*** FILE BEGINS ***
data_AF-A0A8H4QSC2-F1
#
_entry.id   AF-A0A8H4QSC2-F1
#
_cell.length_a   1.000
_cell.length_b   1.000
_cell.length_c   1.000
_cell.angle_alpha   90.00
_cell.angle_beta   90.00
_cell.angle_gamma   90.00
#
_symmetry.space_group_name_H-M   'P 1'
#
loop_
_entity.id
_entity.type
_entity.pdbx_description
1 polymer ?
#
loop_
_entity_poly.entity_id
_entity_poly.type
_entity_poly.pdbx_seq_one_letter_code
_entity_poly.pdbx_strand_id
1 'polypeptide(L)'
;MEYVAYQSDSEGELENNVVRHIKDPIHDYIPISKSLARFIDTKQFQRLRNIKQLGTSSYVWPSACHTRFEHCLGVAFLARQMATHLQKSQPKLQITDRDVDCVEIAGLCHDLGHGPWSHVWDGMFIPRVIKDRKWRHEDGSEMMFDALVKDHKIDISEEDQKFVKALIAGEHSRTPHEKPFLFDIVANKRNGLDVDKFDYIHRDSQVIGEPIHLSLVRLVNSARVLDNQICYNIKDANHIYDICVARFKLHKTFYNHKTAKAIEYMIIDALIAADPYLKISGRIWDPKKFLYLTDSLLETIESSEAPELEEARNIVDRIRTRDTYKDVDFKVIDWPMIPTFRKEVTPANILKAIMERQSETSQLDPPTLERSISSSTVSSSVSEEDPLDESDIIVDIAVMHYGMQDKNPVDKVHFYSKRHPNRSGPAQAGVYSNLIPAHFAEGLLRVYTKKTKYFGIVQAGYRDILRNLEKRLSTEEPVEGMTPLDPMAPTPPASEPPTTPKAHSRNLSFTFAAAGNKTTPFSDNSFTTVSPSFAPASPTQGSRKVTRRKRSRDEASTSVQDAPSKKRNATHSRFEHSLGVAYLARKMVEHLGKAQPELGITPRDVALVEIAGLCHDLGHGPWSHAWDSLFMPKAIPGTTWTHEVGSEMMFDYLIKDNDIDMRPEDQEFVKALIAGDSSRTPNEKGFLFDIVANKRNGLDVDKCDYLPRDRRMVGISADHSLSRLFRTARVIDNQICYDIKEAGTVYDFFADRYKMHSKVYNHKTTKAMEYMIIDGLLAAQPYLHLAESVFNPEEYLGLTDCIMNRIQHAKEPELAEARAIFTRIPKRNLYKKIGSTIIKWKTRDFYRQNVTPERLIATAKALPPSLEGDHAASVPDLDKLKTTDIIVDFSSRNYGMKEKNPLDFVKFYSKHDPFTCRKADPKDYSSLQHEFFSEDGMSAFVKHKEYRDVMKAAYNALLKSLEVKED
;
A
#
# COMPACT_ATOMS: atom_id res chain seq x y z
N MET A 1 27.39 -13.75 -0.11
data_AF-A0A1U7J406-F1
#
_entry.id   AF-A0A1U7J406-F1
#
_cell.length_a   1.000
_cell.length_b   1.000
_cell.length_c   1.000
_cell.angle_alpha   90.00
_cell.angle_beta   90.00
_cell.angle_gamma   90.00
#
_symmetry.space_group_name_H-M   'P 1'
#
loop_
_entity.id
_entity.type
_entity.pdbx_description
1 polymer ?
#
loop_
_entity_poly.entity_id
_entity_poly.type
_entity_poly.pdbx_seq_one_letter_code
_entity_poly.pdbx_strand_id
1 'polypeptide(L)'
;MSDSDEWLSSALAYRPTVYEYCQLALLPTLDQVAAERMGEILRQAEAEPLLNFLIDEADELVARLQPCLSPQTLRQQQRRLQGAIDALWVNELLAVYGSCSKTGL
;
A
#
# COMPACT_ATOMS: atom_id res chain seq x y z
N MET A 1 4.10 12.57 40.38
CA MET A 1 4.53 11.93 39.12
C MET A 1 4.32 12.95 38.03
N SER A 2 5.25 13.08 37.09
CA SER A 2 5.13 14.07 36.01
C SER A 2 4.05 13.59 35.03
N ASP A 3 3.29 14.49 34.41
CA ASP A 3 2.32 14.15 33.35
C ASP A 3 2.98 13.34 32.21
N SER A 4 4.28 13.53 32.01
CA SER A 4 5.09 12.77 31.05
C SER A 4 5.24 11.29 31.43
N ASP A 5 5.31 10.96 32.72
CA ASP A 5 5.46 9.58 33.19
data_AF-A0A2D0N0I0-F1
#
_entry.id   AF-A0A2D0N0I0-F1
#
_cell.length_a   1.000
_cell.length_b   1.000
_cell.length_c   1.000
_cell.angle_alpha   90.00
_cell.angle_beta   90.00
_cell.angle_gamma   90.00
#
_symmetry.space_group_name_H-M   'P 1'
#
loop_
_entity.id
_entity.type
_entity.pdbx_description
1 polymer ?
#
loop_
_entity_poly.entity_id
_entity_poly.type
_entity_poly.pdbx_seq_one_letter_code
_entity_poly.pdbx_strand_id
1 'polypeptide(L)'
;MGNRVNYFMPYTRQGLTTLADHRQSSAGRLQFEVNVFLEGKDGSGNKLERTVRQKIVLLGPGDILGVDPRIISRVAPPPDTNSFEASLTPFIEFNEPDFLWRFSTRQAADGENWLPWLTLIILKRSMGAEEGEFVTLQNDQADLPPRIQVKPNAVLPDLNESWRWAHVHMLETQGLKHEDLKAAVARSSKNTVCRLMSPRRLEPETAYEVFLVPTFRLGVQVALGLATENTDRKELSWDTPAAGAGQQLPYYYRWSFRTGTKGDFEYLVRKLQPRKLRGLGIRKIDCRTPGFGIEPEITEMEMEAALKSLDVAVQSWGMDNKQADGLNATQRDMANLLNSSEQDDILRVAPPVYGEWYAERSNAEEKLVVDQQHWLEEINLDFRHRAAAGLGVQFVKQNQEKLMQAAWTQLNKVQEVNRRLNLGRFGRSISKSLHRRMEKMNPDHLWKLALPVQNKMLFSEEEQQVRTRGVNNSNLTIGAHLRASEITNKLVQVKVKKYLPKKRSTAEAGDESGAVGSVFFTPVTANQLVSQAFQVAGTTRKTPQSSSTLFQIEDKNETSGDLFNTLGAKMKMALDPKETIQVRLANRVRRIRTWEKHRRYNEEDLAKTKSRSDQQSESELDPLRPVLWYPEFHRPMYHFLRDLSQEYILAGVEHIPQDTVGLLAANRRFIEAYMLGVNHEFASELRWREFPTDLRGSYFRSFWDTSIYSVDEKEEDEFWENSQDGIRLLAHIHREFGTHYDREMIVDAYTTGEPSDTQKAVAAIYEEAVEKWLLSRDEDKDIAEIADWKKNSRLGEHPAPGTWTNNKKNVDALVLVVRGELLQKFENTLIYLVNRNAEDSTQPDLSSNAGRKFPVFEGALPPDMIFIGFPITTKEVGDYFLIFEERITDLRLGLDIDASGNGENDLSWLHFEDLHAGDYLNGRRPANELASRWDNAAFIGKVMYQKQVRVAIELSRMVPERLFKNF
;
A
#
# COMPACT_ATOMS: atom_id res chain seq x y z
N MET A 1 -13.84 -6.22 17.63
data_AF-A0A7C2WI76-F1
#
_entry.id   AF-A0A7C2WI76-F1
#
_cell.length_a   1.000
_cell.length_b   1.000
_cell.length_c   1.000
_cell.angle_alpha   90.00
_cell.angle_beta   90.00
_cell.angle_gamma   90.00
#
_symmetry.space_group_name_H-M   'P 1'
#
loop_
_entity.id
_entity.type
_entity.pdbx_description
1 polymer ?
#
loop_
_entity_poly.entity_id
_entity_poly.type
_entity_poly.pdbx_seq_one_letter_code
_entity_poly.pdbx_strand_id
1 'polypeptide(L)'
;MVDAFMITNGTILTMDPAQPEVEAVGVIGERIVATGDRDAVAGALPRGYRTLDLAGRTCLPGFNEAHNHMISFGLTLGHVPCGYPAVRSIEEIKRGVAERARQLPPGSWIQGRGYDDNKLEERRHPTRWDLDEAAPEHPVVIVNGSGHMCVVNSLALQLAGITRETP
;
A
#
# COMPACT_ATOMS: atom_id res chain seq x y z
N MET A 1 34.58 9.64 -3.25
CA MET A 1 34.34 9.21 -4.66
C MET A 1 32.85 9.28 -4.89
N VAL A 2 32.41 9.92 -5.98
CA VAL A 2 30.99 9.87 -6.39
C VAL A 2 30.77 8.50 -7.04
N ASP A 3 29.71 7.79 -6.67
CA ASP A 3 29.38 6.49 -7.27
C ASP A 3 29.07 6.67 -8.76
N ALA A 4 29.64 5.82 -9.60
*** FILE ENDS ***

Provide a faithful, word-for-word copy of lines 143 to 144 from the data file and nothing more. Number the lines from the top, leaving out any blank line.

N ASP A 3 29.71 7.79 -6.67
CA ASP A 3 29.38 6.49 -7.27